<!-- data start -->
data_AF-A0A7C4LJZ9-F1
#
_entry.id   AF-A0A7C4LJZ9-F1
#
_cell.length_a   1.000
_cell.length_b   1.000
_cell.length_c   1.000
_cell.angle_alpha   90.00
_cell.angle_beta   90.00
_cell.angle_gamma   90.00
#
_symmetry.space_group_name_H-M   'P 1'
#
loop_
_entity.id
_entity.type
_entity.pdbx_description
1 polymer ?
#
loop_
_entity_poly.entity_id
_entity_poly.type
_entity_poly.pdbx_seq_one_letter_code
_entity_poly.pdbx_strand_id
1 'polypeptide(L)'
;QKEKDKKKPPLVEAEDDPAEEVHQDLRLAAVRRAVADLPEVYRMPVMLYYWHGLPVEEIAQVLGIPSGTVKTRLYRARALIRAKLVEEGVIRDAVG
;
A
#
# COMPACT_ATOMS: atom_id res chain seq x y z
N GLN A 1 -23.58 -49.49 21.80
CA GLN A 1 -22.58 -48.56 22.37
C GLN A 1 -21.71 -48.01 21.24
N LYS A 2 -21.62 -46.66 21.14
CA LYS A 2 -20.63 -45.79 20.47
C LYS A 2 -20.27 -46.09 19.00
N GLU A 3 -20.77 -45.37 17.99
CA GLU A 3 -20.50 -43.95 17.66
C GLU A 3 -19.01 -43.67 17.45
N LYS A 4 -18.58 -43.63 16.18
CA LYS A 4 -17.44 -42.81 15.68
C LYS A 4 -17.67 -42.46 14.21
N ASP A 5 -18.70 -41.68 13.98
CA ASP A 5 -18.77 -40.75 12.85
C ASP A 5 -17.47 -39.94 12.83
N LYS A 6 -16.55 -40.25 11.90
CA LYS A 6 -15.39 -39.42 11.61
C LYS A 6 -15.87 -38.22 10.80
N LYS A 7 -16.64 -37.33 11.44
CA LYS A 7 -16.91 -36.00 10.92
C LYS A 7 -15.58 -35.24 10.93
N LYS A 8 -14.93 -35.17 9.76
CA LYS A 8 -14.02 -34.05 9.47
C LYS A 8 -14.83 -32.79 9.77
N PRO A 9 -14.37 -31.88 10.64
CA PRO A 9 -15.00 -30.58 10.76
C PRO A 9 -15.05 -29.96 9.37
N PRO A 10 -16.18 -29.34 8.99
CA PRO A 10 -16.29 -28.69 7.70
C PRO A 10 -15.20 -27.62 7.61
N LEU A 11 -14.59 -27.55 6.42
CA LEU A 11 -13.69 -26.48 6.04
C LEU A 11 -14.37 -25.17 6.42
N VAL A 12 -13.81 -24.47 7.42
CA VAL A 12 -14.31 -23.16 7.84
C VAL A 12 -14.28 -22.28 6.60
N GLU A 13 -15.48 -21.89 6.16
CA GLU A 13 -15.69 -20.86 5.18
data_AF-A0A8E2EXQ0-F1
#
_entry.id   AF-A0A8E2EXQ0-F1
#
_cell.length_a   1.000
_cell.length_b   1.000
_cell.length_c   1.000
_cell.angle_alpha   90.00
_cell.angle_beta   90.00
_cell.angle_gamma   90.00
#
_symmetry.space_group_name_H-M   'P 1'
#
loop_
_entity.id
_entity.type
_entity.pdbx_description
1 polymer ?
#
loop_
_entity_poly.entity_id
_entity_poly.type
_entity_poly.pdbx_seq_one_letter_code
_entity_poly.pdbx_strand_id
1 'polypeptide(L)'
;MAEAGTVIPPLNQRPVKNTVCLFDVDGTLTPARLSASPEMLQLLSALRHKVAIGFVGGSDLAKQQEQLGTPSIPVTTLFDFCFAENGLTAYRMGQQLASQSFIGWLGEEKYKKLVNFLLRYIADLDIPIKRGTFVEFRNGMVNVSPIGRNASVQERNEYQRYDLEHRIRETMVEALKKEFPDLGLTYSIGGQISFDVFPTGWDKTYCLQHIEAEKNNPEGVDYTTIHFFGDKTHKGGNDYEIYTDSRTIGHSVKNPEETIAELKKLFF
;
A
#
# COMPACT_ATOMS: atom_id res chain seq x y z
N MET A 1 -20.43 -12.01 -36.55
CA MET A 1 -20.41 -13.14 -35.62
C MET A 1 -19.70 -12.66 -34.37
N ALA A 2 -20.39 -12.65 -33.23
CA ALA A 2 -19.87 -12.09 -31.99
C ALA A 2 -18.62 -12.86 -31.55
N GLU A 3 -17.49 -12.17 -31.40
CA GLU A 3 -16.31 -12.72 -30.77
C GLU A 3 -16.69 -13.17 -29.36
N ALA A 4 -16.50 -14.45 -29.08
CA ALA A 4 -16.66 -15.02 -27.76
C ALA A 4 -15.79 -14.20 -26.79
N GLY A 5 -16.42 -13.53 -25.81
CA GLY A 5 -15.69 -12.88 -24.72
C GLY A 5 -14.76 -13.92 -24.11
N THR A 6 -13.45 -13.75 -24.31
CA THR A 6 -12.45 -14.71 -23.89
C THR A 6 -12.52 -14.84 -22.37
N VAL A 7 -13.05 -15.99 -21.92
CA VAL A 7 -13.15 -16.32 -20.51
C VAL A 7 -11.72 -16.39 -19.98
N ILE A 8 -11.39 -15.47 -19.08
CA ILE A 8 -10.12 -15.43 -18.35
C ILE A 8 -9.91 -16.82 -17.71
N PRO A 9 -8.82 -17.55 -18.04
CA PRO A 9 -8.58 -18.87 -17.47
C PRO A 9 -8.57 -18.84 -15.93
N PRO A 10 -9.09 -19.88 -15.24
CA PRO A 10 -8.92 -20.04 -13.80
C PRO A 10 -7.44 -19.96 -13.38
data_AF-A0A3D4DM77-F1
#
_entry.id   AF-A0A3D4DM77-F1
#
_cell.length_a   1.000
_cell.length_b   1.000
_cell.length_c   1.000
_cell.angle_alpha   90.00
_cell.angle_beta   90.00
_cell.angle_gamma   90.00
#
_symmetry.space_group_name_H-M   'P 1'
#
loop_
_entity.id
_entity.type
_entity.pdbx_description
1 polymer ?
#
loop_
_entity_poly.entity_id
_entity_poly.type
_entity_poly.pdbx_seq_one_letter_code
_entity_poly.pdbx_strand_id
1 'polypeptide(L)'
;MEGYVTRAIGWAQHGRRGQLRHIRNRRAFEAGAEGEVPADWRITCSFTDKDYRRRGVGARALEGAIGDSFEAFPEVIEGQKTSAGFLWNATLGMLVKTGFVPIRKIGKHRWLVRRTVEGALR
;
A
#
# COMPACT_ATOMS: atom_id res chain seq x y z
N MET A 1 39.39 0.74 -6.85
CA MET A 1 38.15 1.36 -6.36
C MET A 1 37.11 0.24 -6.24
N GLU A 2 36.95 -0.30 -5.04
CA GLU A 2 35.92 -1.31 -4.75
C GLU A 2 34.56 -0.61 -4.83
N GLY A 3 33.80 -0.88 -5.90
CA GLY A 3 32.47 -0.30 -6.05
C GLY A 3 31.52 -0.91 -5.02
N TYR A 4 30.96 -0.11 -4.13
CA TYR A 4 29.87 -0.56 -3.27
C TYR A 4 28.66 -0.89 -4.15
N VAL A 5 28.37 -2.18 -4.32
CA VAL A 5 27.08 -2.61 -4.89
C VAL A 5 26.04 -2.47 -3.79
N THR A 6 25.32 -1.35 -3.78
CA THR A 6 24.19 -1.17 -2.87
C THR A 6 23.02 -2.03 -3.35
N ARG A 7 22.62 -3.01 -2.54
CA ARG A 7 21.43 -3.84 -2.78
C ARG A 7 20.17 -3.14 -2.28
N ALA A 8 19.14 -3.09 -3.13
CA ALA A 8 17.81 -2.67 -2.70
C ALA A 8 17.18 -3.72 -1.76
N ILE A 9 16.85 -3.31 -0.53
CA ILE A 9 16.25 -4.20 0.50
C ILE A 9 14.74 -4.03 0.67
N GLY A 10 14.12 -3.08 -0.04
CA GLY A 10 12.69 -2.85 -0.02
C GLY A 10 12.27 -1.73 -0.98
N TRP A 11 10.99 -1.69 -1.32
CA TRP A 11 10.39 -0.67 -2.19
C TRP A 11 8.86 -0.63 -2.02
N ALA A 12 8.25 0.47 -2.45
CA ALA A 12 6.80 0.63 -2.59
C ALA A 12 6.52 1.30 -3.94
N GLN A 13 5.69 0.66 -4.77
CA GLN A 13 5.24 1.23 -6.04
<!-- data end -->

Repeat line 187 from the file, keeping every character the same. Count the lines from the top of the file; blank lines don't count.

CA GLY A 10 12.69 -2.85 -0.02